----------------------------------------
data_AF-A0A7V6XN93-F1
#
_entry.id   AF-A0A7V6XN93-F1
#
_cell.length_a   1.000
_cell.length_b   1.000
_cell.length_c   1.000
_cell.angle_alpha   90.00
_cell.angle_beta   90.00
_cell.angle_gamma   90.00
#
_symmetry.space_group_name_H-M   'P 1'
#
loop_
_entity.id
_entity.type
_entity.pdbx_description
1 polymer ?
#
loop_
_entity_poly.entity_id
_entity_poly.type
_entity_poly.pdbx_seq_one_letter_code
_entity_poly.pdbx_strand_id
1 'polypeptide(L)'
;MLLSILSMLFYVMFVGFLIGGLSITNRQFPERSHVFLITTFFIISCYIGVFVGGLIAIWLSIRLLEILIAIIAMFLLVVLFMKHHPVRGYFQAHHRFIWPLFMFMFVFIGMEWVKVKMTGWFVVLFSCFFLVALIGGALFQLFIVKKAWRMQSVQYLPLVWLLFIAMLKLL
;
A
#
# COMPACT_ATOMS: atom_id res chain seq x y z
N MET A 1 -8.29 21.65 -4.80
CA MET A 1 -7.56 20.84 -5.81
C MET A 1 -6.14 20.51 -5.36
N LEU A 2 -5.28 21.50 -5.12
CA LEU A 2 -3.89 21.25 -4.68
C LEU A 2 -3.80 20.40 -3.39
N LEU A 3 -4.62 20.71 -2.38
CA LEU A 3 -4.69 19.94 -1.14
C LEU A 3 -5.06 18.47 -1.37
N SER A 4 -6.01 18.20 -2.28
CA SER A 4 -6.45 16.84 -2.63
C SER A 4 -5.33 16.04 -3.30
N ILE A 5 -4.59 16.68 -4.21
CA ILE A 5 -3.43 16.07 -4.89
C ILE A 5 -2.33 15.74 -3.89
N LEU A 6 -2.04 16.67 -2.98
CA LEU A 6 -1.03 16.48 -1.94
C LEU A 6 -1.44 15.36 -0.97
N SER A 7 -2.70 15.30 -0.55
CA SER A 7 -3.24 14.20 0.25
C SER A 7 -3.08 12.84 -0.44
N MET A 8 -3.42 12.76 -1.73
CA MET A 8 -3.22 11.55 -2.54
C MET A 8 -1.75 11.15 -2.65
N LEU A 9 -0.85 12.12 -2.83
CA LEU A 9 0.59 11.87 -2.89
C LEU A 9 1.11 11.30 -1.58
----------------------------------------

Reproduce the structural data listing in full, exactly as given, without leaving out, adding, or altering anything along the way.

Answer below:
data_AF-A0A7V6XN93-F1
#
_entry.id   AF-A0A7V6XN93-F1
#
_cell.length_a   1.000
_cell.length_b   1.000
_cell.length_c   1.000
_cell.angle_alpha   90.00
_cell.angle_beta   90.00
_cell.angle_gamma   90.00
#
_symmetry.space_group_name_H-M   'P 1'
#
loop_
_entity.id
_entity.type
_entity.pdbx_description
1 polymer ?
#
loop_
_entity_poly.entity_id
_entity_poly.type
_entity_poly.pdbx_seq_one_letter_code
_entity_poly.pdbx_strand_id
1 'polypeptide(L)'
;MLLSILSMLFYVMFVGFLIGGLSITNRQFPERSHVFLITTFFIISCYIGVFVGGLIAIWLSIRLLEILIAIIAMFLLVVLFMKHHPVRGYFQAHHRFIWPLFMFMFVFIGMEWVKVKMTGWFVVLFSCFFLVALIGGALFQLFIVKKAWRMQSVQYLPLVWLLFIAMLKLL
;
A
#
# COMPACT_ATOMS: atom_id res chain seq x y z
N MET A 1 -8.29 21.65 -4.80
CA MET A 1 -7.56 20.84 -5.81
C MET A 1 -6.14 20.51 -5.36
N LEU A 2 -5.28 21.50 -5.12
CA LEU A 2 -3.89 21.25 -4.68
C LEU A 2 -3.80 20.40 -3.39
N LEU A 3 -4.62 20.71 -2.38
CA LEU A 3 -4.69 19.94 -1.14
C LEU A 3 -5.06 18.47 -1.37
N SER A 4 -6.01 18.20 -2.28
CA SER A 4 -6.45 16.84 -2.63
C SER A 4 -5.33 16.04 -3.30
N ILE A 5 -4.59 16.68 -4.21
CA ILE A 5 -3.43 16.07 -4.89
C ILE A 5 -2.33 15.74 -3.89
N LEU A 6 -2.04 16.67 -2.98
CA LEU A 6 -1.03 16.48 -1.94
C LEU A 6 -1.44 15.36 -0.97
N SER A 7 -2.70 15.30 -0.55
CA SER A 7 -3.24 14.20 0.25
C SER A 7 -3.08 12.84 -0.44
N MET A 8 -3.42 12.76 -1.73
CA MET A 8 -3.22 11.55 -2.54
C MET A 8 -1.75 11.15 -2.65
N LEU A 9 -0.85 12.12 -2.83
CA LEU A 9 0.59 11.87 -2.89
C LEU A 9 1.11 11.30 -1.58